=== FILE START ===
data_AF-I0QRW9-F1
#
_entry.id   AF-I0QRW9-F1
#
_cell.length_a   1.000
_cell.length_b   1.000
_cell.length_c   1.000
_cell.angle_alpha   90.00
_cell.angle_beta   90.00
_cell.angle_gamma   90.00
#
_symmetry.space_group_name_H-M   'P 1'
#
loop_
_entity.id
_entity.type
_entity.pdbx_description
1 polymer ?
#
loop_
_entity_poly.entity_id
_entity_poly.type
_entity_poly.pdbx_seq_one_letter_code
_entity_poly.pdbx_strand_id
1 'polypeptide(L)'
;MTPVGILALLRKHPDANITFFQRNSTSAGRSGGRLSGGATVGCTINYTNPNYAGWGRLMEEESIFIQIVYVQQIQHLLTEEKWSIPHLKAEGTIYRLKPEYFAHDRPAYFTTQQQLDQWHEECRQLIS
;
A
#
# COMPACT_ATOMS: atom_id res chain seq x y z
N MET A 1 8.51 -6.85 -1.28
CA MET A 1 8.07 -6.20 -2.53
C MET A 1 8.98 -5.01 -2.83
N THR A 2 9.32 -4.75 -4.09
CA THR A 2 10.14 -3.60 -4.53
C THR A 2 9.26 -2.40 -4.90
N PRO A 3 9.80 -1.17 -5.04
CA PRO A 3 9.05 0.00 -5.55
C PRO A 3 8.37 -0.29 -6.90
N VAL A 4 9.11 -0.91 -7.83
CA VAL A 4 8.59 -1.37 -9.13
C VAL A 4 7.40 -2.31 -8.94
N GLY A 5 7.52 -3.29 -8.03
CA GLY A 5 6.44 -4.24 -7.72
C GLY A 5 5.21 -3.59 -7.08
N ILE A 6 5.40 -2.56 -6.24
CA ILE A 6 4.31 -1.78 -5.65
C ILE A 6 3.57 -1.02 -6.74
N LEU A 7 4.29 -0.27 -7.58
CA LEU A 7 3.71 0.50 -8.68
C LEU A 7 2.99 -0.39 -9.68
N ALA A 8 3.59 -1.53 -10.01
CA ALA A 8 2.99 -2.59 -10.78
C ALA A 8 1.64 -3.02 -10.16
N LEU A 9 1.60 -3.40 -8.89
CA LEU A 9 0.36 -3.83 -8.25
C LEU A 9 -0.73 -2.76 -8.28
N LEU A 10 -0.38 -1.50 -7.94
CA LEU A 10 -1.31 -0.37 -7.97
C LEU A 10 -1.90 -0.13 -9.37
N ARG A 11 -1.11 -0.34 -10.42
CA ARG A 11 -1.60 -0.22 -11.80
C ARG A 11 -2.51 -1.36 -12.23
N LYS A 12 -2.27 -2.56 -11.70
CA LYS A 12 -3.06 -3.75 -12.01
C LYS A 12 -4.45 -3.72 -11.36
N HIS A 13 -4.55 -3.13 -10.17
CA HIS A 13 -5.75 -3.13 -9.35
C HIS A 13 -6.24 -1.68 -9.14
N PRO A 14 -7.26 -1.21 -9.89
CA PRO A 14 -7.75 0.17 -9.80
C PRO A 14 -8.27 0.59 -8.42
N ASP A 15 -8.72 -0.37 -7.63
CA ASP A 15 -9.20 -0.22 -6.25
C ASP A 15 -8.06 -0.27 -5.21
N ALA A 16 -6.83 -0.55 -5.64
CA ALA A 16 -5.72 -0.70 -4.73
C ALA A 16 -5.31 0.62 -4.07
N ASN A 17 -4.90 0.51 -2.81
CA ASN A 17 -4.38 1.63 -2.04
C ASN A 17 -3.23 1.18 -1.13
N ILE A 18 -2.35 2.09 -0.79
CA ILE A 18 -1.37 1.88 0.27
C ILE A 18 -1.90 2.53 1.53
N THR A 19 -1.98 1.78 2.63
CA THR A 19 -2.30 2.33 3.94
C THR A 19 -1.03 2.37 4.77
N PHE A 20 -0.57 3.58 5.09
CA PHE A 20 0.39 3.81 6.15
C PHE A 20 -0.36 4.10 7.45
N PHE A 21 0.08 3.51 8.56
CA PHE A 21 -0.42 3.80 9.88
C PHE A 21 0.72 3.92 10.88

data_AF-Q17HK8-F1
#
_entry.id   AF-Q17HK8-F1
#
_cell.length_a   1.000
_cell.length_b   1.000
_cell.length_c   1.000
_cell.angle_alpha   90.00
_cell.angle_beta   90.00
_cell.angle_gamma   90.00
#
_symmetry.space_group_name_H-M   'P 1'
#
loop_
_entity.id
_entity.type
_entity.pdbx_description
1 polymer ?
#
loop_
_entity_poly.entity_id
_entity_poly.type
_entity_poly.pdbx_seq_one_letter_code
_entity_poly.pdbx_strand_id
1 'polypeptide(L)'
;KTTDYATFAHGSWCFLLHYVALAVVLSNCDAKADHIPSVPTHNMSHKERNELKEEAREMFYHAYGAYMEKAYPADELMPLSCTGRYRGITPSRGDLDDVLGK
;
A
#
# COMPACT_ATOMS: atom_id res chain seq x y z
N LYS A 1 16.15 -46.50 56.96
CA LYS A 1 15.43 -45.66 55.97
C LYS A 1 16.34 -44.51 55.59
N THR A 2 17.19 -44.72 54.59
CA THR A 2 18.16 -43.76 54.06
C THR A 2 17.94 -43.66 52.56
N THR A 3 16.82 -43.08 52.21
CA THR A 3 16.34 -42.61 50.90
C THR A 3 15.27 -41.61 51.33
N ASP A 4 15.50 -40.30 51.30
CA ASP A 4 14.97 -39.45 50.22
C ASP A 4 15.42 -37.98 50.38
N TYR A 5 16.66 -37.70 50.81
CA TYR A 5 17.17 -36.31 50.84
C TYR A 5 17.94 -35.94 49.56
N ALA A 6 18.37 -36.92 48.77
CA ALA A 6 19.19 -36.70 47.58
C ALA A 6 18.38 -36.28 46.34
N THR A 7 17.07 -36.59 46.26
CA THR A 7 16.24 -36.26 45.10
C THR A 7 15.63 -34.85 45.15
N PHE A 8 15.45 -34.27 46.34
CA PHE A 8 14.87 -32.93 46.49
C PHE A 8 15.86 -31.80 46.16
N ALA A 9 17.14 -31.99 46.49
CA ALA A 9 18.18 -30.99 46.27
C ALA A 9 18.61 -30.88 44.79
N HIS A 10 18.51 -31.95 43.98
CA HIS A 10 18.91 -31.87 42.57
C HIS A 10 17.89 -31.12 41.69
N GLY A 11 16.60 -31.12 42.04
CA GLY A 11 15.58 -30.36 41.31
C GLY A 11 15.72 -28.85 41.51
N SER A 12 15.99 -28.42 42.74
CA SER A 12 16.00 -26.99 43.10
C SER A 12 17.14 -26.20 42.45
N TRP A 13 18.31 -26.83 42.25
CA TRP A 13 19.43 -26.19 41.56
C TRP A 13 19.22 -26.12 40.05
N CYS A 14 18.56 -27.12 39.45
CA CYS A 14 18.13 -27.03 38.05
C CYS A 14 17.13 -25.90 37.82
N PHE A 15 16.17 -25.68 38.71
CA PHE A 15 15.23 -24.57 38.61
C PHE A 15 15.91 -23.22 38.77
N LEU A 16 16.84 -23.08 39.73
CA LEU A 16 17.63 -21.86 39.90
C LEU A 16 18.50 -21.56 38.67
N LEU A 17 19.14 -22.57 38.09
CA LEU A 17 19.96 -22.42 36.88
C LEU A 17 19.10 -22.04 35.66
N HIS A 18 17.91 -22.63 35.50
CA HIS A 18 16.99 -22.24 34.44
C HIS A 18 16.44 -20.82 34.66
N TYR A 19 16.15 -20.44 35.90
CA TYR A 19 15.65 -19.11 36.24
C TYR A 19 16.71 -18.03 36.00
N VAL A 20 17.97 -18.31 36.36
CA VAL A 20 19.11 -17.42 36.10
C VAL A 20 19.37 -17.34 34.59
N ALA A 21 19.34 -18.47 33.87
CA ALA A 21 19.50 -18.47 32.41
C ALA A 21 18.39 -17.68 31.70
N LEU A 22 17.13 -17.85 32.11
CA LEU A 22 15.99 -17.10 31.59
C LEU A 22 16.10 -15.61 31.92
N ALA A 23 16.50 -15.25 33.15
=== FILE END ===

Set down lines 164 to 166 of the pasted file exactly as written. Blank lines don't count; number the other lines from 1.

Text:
CA CYS A 14 18.13 -27.03 38.05
C CYS A 14 17.13 -25.90 37.82
N PHE A 15 16.17 -25.68 38.71